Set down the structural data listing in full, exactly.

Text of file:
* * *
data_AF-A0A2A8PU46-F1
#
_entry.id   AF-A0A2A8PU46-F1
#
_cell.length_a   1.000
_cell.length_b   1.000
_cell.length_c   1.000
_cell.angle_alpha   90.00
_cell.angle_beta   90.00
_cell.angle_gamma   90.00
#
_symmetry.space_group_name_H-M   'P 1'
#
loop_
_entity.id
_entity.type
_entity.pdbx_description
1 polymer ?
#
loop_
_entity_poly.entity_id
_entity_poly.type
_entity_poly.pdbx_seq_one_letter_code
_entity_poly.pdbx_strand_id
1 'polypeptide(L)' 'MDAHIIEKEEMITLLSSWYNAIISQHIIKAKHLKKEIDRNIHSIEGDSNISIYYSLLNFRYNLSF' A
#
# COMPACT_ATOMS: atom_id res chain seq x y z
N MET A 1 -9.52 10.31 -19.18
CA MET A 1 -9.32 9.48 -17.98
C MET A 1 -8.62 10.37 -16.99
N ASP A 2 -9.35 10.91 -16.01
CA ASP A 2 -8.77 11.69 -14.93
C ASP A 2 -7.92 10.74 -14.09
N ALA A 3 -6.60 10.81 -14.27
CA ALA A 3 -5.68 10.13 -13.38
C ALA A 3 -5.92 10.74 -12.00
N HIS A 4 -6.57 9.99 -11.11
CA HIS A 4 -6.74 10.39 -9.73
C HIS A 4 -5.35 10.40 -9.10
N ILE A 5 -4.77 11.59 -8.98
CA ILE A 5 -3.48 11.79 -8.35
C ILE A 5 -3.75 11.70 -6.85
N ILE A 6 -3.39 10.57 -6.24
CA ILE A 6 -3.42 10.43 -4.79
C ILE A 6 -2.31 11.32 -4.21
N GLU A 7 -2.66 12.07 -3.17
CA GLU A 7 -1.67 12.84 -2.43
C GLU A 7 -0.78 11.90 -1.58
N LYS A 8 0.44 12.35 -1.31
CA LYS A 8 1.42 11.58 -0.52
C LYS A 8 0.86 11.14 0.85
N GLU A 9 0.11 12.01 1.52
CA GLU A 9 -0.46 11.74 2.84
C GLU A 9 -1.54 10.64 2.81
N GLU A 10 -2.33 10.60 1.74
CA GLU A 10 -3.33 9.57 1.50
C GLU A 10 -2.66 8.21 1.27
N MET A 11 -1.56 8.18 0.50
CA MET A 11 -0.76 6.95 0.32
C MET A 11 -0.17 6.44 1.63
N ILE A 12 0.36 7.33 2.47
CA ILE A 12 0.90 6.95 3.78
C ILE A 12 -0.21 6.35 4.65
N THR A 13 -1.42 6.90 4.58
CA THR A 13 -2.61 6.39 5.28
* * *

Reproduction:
data_AF-A0A2A8PU46-F1
#
_entry.id   AF-A0A2A8PU46-F1
#
_cell.length_a   1.000
_cell.length_b   1.000
_cell.length_c   1.000
_cell.angle_alpha   90.00
_cell.angle_beta   90.00
_cell.angle_gamma   90.00
#
_symmetry.space_group_name_H-M   'P 1'
#
loop_
_entity.id
_entity.type
_entity.pdbx_description
1 polymer ?
#
loop_
_entity_poly.entity_id
_entity_poly.type
_entity_poly.pdbx_seq_one_letter_code
_entity_poly.pdbx_strand_id
1 'polypeptide(L)' 'MDAHIIEKEEMITLLSSWYNAIISQHIIKAKHLKKEIDRNIHSIEGDSNISIYYSLLNFRYNLSF' A
#
# COMPACT_ATOMS: atom_id res chain seq x y z
N MET A 1 -9.52 10.31 -19.18
CA MET A 1 -9.32 9.48 -17.98
C MET A 1 -8.62 10.37 -16.99
N ASP A 2 -9.35 10.91 -16.01
CA ASP A 2 -8.77 11.69 -14.93
C ASP A 2 -7.92 10.74 -14.09
N ALA A 3 -6.60 10.81 -14.27
CA ALA A 3 -5.68 10.13 -13.38
C ALA A 3 -5.92 10.74 -12.00
N HIS A 4 -6.57 9.99 -11.11
CA HIS A 4 -6.74 10.39 -9.73
C HIS A 4 -5.35 10.40 -9.10
N ILE A 5 -4.77 11.59 -8.98
CA ILE A 5 -3.48 11.79 -8.35
C ILE A 5 -3.75 11.70 -6.85
N ILE A 6 -3.39 10.57 -6.24
CA ILE A 6 -3.42 10.43 -4.79
C ILE A 6 -2.31 11.32 -4.21
N GLU A 7 -2.66 12.07 -3.17
CA GLU A 7 -1.67 12.84 -2.43
C GLU A 7 -0.78 11.90 -1.58
N LYS A 8 0.44 12.35 -1.31
CA LYS A 8 1.42 11.58 -0.52
C LYS A 8 0.86 11.14 0.85
N GLU A 9 0.11 12.01 1.52
CA GLU A 9 -0.46 11.74 2.84
C GLU A 9 -1.54 10.64 2.81
N GLU A 10 -2.33 10.60 1.74
CA GLU A 10 -3.33 9.57 1.50
C GLU A 10 -2.66 8.21 1.27
N MET A 11 -1.56 8.18 0.50
CA MET A 11 -0.76 6.95 0.32
C MET A 11 -0.17 6.44 1.63
N ILE A 12 0.36 7.33 2.47
CA ILE A 12 0.90 6.95 3.78
C ILE A 12 -0.21 6.35 4.65
N THR A 13 -1.42 6.90 4.58
CA THR A 13 -2.61 6.39 5.28